Editorial Reviews

"A tour de force of original thought, imagination and promise … Kline takes full advantage of fiction-its freedom to create compelling characters who fully illuminate monumental events to make history accessible and forever etched in our minds." -- Houston Chronicle

"Monumental...This episode in history gets a top-notch treatment by Kline, one of our foremost historical novelists. This fascinating 19th-century take on Orange Is the New Black is subtle, intelligent, and thrillingly melodramatic." -- Kirkus Reviews (starred review)

"Both uplifting and heartbreaking, this beautifully written novel doesn't flinch from the ugliness of the penal system but celebrates the courage and resilience of both the first peoples and the settlers who came after, voluntarily or not, to create a new home for themselves and their children." -- Library Journal (starred review)

"Gripping...Filled with surprising twists, empathetic prose, and revealing historical details, Kline's resonant, powerful story will please any historical fiction fan." -- Publishers Weekly

"Kline deftly balances tragedy and pathos, making happy endings hard-earned and satisfying...Book groups will find much to discuss, such as the uses of education, both formal and informal, in this moving work." -- Booklist

"Master storyteller Christina Baker Kline is at her best in this epic yet intimate tale of nineteenth-century Australia. I loved this book." -- Paula McLain, author of The Paris Wife and Love and Ruin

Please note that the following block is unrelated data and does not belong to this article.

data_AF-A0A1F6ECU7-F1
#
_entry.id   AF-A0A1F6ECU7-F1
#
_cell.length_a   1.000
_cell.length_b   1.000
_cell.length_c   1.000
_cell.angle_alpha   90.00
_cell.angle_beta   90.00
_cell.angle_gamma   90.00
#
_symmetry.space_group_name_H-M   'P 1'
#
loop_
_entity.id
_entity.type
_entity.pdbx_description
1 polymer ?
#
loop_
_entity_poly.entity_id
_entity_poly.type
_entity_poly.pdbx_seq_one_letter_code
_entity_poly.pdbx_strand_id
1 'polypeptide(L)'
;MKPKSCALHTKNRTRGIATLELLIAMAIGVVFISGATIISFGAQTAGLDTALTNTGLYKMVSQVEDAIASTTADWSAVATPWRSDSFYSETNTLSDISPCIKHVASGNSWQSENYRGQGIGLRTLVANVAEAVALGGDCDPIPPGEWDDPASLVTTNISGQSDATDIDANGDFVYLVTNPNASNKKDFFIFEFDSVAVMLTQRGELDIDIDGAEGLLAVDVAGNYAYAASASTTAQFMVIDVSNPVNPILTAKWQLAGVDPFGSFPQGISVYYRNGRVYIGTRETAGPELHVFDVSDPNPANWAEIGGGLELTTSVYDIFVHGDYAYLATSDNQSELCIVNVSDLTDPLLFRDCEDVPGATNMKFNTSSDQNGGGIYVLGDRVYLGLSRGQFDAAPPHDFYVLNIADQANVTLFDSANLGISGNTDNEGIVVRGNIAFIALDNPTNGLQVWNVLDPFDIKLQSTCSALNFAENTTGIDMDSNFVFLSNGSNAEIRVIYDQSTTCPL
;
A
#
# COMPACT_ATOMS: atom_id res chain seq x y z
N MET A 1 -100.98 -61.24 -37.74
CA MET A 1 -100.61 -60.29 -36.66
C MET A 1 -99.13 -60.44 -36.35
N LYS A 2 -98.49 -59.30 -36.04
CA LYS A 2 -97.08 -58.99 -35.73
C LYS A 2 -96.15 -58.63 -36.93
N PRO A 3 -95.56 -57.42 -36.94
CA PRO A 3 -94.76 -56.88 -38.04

"Celebrating the bonds between women, the novel explores how lives that seem destined for pain might persevere." -- Real Simple

"Intelligent and satisfyingly dramatic." -- Newsday

"The story-telling in The Exiles is triumphant…The women's struggles are filled with adversity and grief. But the novel also reveals moments of love, courage and bravery and resilience." -- Portland Press Herald

"[Kline's] research, coupled with her knack for telling a compelling story, coalesce in a riveting tale that will keep readers breathlessly hurtling toward the heart-rending conclusion." -- Bookreporter

"The author's ability to weave fact with fiction, tragedy with moments of hope, and the everyday with the universal will leave you immersed, wanting more. You'll open this novel because of history, read on because of story, and close it knowing more about your own life, right here, right now." -- New York Journal of Books

"The Exiles is that rarest of novels, a true page-turner. The action moves along; the reader feels himself to be in the hands of a professional." -- Alabama Public Radio

"Well-researched and boldly imagined." -- Sydney Mo...

Readers Top Reviews

Bridgetderick prenti